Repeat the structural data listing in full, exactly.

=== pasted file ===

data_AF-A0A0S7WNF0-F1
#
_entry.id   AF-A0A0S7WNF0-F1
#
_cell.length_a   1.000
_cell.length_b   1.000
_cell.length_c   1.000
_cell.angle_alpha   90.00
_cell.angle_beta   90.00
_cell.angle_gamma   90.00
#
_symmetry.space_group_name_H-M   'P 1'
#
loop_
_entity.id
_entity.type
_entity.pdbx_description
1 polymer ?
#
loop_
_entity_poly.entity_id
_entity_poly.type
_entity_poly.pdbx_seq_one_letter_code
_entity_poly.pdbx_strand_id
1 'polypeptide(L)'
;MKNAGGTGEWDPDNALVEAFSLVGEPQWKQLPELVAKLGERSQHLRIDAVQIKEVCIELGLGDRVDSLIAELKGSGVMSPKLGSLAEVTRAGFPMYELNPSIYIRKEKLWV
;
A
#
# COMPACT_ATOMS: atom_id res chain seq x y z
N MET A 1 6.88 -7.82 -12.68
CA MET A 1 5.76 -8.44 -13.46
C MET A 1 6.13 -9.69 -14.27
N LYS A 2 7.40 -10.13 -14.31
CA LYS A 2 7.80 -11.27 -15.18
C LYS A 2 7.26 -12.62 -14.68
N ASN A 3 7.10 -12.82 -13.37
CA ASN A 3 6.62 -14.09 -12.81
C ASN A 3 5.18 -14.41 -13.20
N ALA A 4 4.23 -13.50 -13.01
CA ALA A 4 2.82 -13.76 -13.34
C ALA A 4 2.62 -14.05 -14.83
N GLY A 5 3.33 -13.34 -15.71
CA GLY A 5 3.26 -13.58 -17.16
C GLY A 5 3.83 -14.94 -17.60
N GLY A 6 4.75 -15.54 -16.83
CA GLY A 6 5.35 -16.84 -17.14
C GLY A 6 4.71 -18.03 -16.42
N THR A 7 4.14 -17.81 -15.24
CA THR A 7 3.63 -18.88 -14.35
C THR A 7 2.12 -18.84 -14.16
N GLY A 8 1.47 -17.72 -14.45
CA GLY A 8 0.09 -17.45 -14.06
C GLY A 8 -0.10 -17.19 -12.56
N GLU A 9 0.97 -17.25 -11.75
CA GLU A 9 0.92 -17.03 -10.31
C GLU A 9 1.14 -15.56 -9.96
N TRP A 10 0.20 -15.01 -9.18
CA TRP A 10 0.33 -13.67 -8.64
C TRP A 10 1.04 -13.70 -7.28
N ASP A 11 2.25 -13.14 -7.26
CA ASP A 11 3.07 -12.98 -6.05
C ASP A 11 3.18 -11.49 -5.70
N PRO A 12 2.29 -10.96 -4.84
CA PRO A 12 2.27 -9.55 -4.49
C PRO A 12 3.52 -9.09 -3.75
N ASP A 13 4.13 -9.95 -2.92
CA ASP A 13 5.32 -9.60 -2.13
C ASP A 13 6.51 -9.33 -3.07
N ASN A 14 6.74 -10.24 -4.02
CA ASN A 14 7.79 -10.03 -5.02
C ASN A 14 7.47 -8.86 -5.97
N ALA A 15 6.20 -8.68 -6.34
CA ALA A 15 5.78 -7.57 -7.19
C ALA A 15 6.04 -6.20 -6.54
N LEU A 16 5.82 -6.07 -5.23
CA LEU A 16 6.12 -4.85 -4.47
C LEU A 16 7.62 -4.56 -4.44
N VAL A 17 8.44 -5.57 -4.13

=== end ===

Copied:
data_AF-A0A0S7WNF0-F1
#
_entry.id   AF-A0A0S7WNF0-F1
#
_cell.length_a   1.000
_cell.length_b   1.000
_cell.length_c   1.000
_cell.angle_alpha   90.00
_cell.angle_beta   90.00
_cell.angle_gamma   90.00
#
_symmetry.space_group_name_H-M   'P 1'
#
loop_
_entity.id
_entity.type
_entity.pdbx_description
1 polymer ?
#
loop_
_entity_poly.entity_id
_entity_poly.type
_entity_poly.pdbx_seq_one_letter_code
_entity_poly.pdbx_strand_id
1 'polypeptide(L)'
;MKNAGGTGEWDPDNALVEAFSLVGEPQWKQLPELVAKLGERSQHLRIDAVQIKEVCIELGLGDRVDSLIAELKGSGVMSPKLGSLAEVTRAGFPMYELNPSIYIRKEKLWV
;
A
#
# COMPACT_ATOMS: atom_id res chain seq x y z
N MET A 1 6.88 -7.82 -12.68
CA MET A 1 5.76 -8.44 -13.46
C MET A 1 6.13 -9.69 -14.27
N LYS A 2 7.40 -10.13 -14.31
CA LYS A 2 7.80 -11.27 -15.18
C LYS A 2 7.26 -12.62 -14.68
N ASN A 3 7.10 -12.82 -13.37
CA ASN A 3 6.62 -14.09 -12.81
C ASN A 3 5.18 -14.41 -13.20
N ALA A 4 4.23 -13.50 -13.01
CA ALA A 4 2.82 -13.76 -13.34
C ALA A 4 2.62 -14.05 -14.83
N GLY A 5 3.33 -13.34 -15.71
CA GLY A 5 3.26 -13.58 -17.16
C GLY A 5 3.83 -14.94 -17.60
N GLY A 6 4.75 -15.54 -16.83
CA GLY A 6 5.35 -16.84 -17.14
C GLY A 6 4.71 -18.03 -16.42
N THR A 7 4.14 -17.81 -15.24
CA THR A 7 3.63 -18.88 -14.35
C THR A 7 2.12 -18.84 -14.16
N GLY A 8 1.47 -17.72 -14.45
CA GLY A 8 0.09 -17.45 -14.06
C GLY A 8 -0.10 -17.19 -12.56
N GLU A 9 0.97 -17.25 -11.75
CA GLU A 9 0.92 -17.03 -10.31
C GLU A 9 1.14 -15.56 -9.96
N TRP A 10 0.20 -15.01 -9.18
CA TRP A 10 0.33 -13.67 -8.64
C TRP A 10 1.04 -13.70 -7.28
N ASP A 11 2.25 -13.14 -7.26
CA ASP A 11 3.07 -12.98 -6.05
C ASP A 11 3.18 -11.49 -5.70
N PRO A 12 2.29 -10.96 -4.84
CA PRO A 12 2.27 -9.55 -4.49
C PRO A 12 3.52 -9.09 -3.75
N ASP A 13 4.13 -9.95 -2.92
CA ASP A 13 5.32 -9.60 -2.13
C ASP A 13 6.51 -9.33 -3.07
N ASN A 14 6.74 -10.24 -4.02
CA ASN A 14 7.79 -10.03 -5.02
C ASN A 14 7.47 -8.86 -5.97
N ALA A 15 6.20 -8.68 -6.34
CA ALA A 15 5.78 -7.57 -7.19
C ALA A 15 6.04 -6.20 -6.54
N LEU A 16 5.82 -6.07 -5.23
CA LEU A 16 6.12 -4.85 -4.47
C LEU A 16 7.62 -4.56 -4.44
N VAL A 17 8.44 -5.57 -4.13